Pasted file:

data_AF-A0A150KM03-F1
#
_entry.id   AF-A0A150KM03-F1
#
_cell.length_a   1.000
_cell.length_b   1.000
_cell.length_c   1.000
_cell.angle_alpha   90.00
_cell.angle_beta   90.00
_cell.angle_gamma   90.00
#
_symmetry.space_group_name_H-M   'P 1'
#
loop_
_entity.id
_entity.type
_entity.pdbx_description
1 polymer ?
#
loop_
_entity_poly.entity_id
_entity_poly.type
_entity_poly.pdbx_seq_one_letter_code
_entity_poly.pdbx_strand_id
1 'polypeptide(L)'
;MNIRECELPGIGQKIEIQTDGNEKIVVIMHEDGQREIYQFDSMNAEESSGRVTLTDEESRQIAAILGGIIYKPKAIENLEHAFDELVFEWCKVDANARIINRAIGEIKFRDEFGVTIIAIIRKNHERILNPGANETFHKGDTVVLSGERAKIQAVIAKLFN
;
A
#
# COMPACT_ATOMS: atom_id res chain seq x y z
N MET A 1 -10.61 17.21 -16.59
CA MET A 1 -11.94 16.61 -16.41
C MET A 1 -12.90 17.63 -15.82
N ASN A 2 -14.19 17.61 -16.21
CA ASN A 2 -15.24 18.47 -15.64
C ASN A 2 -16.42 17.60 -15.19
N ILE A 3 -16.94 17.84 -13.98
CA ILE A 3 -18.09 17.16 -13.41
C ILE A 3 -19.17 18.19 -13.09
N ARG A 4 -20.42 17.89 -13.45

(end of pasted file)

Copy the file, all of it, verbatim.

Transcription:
data_AF-A0A150KM03-F1
#
_entry.id   AF-A0A150KM03-F1
#
_cell.length_a   1.000
_cell.length_b   1.000
_cell.length_c   1.000
_cell.angle_alpha   90.00
_cell.angle_beta   90.00
_cell.angle_gamma   90.00
#
_symmetry.space_group_name_H-M   'P 1'
#
loop_
_entity.id
_entity.type
_entity.pdbx_description
1 polymer ?
#
loop_
_entity_poly.entity_id
_entity_poly.type
_entity_poly.pdbx_seq_one_letter_code
_entity_poly.pdbx_strand_id
1 'polypeptide(L)'
;MNIRECELPGIGQKIEIQTDGNEKIVVIMHEDGQREIYQFDSMNAEESSGRVTLTDEESRQIAAILGGIIYKPKAIENLEHAFDELVFEWCKVDANARIINRAIGEIKFRDEFGVTIIAIIRKNHERILNPGANETFHKGDTVVLSGERAKIQAVIAKLFN
;
A
#
# COMPACT_ATOMS: atom_id res chain seq x y z
N MET A 1 -10.61 17.21 -16.59
CA MET A 1 -11.94 16.61 -16.41
C MET A 1 -12.90 17.63 -15.82
N ASN A 2 -14.19 17.61 -16.21
CA ASN A 2 -15.24 18.47 -15.64
C ASN A 2 -16.42 17.60 -15.19
N ILE A 3 -16.94 17.84 -13.98
CA ILE A 3 -18.09 17.16 -13.41
C ILE A 3 -19.17 18.19 -13.09
N ARG A 4 -20.42 17.89 -13.45